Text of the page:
GURDELL- a new Zentangle tangle! - Joanna Campbell Slan

GURDELL– a new Zentangle tangle!


I’ve been playing around with my tangles a lot lately, probably because I’m inspired by Eni Oken’s classes. I saw a print on a pillow and that led me to deconstruction of the design. Deconstruction means taking an image apart and figuring out how to replicate it. Actually, here are the steps:

  1. Look at the image carefully — Get the best, most clearest version of the image you can.
  2. Enlarge the image if possible — Funny thing. When you enlarge an image, you see it differently!
  3. Cover the image with tracing paper.
  4. Break the image down into these parts– i, s, c and o. These are the four strokes that comprise any image!
  5. Look for the repetition.

At first, the image I saw was a simple diamond. That’s it. That’s all. But once I went through the steps, I realized there was a pattern–and that meant I could replicate it.

So, I present to you…GURDELL. So named because the “girdle” is that portion of a diamond that divides the top from the bottom. Think of it as a belt going around the waist of the gem.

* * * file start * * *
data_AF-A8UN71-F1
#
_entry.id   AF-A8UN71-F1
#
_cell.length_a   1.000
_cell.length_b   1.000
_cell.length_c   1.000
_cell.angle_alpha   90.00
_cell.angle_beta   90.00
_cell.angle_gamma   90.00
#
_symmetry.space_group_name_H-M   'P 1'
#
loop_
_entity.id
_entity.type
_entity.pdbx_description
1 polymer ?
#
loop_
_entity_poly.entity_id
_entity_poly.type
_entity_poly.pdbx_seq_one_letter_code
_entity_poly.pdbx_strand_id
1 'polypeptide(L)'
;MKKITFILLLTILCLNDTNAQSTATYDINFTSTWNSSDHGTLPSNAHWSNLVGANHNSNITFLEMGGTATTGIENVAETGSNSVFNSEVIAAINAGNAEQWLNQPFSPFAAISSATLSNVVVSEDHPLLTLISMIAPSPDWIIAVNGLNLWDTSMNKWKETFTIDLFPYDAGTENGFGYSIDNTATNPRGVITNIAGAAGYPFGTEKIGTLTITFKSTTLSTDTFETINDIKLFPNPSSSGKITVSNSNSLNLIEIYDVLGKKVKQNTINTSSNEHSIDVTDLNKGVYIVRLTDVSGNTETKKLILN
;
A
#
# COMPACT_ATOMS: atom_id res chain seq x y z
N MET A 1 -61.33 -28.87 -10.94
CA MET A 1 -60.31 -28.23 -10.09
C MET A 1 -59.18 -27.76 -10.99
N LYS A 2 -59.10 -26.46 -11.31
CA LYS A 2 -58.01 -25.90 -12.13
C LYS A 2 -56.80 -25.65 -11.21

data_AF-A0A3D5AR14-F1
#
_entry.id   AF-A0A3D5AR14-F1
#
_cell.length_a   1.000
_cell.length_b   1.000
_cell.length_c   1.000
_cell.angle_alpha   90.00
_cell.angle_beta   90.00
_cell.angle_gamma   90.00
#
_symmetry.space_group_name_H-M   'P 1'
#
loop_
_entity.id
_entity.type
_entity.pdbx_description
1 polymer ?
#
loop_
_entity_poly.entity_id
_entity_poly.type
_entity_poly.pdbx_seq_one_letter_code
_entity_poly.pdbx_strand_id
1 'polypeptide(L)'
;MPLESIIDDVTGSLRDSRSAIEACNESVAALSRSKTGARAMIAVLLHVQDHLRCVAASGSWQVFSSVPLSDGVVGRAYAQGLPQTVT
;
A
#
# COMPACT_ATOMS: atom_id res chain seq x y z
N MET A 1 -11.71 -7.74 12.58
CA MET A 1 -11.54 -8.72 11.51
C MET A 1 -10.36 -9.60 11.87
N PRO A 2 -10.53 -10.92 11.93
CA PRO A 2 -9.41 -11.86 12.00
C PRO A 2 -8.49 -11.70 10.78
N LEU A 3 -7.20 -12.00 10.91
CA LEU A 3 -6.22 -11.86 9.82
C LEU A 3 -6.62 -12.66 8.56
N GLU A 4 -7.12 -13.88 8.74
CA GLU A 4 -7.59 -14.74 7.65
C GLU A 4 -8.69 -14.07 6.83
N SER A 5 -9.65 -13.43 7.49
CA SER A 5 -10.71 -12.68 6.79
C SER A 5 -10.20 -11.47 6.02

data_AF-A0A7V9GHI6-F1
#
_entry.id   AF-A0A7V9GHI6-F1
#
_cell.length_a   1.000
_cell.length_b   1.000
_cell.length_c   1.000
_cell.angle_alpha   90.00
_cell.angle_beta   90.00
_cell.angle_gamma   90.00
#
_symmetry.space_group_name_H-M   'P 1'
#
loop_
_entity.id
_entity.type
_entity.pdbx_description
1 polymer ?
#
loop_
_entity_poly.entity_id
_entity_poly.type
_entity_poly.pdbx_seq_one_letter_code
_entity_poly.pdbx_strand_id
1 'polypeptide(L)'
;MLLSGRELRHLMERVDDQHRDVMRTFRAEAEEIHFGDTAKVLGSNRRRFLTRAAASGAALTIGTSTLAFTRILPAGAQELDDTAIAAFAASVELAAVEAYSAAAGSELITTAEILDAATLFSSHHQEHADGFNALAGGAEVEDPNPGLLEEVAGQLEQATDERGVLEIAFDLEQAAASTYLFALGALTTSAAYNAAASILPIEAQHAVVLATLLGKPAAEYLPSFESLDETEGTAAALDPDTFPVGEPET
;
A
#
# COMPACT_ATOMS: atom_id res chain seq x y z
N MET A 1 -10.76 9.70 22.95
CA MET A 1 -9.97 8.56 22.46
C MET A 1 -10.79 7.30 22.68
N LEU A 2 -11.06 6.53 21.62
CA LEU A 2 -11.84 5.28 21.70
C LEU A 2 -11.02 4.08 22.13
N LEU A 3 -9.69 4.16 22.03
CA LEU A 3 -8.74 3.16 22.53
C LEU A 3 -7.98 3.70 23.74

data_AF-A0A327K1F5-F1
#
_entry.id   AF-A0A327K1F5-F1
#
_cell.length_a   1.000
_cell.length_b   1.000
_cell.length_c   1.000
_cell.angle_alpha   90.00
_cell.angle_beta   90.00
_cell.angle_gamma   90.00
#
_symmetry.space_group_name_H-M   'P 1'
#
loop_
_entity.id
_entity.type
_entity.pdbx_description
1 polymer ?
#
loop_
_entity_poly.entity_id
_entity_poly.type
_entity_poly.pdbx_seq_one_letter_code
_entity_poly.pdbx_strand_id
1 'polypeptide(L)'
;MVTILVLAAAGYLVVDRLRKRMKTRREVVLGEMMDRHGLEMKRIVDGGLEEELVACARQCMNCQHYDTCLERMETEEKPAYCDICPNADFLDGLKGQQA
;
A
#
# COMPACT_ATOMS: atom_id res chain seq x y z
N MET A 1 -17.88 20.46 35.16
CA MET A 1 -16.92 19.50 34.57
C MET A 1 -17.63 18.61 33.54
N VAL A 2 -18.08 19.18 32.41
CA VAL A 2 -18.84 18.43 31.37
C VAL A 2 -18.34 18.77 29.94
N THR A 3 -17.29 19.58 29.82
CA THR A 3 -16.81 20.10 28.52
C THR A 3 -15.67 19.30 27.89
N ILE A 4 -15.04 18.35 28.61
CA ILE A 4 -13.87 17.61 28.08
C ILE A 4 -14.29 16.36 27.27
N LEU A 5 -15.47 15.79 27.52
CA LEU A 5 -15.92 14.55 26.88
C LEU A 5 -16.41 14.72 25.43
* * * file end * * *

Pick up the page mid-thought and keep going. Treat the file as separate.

Deconstruction of my new tangle.

 

Some tips to notice–

  1. While this is not necessarily a grid pattern (actually I think it’s a blossom pattern), starting out with a box or a grid is helpful.
  2. Once you have that space, you can mark two small hashmarks, top and bottom, of the square.
  3. And a horizontal line.
  4. Next you make a series of carrots or /\ marks. Start in the middle with the largest and make them smaller as you go out.
  5. Yes, I suppose you COULD make the /\ marks all the same size, but if you do, you’ll lose some of the 3-D possibilities.
  6. Mirror the /\ marks, under the horizontal line.
  7. Draw diagonal lines from the tips of the /\ marks and connect them to the small hashmarks.

About shading–

  1. Consider the lines from the tips of the /\ as the high points of the image. Therefore, they would be the whitest/lightest in value because you want them to pop out.
  2. Shade lines from the horizontal line spaces BETWEEN the /\ to make the valleys.
  3. Shade below the horizontal line and /\ marks.
  4. Shade the top and bottom.
A blossom tangle, I presume?

In my color version, I highlighted the lines from the /\ to the hashmarks. I think they nicely added drama.

I presume this is a blossom pattern because it fits all the hallmarks of a blossom pattern in the Zenology. It’s striking, self-contained, and it dominates the space. Next I think I’ll take the diamond apart and see if I can turn this into a ribbon pattern!

Do you like GURDELL? Any questions about it?

 

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